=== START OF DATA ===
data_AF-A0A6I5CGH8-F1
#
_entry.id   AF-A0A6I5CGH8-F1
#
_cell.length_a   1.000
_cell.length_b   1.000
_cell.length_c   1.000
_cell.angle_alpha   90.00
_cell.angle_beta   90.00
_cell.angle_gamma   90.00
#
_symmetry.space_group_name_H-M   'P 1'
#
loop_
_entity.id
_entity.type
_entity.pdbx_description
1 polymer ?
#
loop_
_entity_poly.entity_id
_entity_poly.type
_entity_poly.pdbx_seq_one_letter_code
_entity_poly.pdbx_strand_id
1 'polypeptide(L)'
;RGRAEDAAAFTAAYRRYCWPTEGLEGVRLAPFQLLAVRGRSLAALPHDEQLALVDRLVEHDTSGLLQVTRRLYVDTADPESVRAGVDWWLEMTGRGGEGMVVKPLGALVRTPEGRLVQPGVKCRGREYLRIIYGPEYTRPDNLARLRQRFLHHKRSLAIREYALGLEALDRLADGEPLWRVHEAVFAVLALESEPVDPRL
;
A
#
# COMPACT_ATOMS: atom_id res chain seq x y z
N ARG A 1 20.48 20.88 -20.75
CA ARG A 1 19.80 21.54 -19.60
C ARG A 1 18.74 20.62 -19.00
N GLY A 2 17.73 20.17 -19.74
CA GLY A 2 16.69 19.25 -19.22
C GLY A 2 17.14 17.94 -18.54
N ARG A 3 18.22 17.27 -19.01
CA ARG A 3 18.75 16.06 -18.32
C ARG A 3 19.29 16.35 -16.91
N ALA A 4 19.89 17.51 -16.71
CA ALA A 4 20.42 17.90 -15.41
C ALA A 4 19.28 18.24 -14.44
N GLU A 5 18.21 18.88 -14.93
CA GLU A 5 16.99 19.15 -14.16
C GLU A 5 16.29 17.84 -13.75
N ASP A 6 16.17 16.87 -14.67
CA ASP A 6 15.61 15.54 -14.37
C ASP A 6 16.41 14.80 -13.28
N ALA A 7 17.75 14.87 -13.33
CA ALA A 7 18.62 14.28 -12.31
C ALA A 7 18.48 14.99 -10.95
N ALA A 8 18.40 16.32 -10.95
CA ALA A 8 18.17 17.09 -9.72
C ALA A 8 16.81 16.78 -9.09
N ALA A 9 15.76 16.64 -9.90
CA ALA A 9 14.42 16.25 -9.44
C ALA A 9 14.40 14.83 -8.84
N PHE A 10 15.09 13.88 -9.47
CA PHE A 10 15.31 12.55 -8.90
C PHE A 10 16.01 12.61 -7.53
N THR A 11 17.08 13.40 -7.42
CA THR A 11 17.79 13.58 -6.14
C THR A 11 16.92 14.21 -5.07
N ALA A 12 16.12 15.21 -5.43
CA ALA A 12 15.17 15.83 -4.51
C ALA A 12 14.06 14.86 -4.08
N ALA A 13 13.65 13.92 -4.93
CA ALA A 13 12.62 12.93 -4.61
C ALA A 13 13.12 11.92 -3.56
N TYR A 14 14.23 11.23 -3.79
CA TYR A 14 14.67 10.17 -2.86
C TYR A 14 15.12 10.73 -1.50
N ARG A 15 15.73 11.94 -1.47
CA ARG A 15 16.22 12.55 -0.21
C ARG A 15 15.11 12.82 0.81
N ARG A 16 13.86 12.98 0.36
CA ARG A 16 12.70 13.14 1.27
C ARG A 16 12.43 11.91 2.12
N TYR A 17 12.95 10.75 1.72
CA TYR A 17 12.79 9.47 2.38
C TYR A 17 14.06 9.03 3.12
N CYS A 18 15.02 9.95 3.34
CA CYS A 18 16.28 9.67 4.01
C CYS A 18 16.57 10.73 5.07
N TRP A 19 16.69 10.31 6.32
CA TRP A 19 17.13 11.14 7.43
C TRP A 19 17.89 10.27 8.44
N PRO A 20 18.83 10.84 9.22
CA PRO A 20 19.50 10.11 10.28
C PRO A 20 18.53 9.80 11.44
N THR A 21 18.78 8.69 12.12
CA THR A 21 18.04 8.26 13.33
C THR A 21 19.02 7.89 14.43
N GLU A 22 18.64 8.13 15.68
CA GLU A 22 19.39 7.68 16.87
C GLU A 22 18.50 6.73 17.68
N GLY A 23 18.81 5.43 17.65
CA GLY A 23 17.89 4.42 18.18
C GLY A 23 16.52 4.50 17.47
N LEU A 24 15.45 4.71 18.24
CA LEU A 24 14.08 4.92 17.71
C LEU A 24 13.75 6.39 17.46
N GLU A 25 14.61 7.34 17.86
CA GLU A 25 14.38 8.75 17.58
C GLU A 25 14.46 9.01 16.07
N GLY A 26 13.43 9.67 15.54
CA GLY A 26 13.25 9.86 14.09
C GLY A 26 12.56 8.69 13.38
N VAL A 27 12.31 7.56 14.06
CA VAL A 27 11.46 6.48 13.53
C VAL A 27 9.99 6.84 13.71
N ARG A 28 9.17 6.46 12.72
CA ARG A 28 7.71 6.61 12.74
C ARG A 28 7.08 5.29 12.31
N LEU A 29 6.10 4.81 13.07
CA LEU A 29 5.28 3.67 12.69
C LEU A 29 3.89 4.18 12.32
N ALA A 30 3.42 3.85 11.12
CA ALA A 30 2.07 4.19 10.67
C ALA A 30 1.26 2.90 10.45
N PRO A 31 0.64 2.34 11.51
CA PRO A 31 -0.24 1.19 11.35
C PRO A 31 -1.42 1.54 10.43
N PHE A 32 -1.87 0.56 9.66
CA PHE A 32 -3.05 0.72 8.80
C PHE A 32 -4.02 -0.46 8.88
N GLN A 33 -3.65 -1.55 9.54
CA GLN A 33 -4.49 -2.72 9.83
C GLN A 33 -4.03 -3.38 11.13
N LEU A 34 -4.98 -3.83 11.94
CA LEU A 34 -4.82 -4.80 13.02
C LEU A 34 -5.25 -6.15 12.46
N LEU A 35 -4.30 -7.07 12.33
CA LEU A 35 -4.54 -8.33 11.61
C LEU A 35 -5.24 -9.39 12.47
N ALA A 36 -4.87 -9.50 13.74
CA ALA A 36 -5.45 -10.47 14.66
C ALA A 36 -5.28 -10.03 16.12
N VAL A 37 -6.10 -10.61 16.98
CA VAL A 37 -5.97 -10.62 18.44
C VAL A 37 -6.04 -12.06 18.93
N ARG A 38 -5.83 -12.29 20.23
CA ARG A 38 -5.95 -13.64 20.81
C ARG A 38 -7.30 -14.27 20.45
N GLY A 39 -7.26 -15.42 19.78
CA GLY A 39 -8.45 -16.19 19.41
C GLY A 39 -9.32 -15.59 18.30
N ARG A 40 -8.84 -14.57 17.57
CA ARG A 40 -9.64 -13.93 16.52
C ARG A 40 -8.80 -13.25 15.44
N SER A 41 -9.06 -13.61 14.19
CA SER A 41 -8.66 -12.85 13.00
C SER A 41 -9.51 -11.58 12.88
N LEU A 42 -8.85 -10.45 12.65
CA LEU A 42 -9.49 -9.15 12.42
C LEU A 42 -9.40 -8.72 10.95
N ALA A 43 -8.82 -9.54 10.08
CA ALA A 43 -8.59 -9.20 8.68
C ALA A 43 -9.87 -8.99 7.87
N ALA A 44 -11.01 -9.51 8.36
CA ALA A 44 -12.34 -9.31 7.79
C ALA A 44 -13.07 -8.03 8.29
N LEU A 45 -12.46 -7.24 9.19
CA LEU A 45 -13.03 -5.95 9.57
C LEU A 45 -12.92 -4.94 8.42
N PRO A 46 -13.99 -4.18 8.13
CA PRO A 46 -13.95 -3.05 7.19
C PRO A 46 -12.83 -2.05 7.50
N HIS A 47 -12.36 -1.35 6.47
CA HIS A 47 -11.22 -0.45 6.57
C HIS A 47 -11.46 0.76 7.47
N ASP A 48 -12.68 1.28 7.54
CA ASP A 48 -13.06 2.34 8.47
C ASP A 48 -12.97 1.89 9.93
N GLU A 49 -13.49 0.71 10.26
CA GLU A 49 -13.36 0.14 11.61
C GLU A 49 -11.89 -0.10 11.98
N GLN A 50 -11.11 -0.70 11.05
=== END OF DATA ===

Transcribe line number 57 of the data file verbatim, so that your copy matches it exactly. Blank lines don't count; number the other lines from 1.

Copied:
C ALA A 9 14.40 14.83 -8.84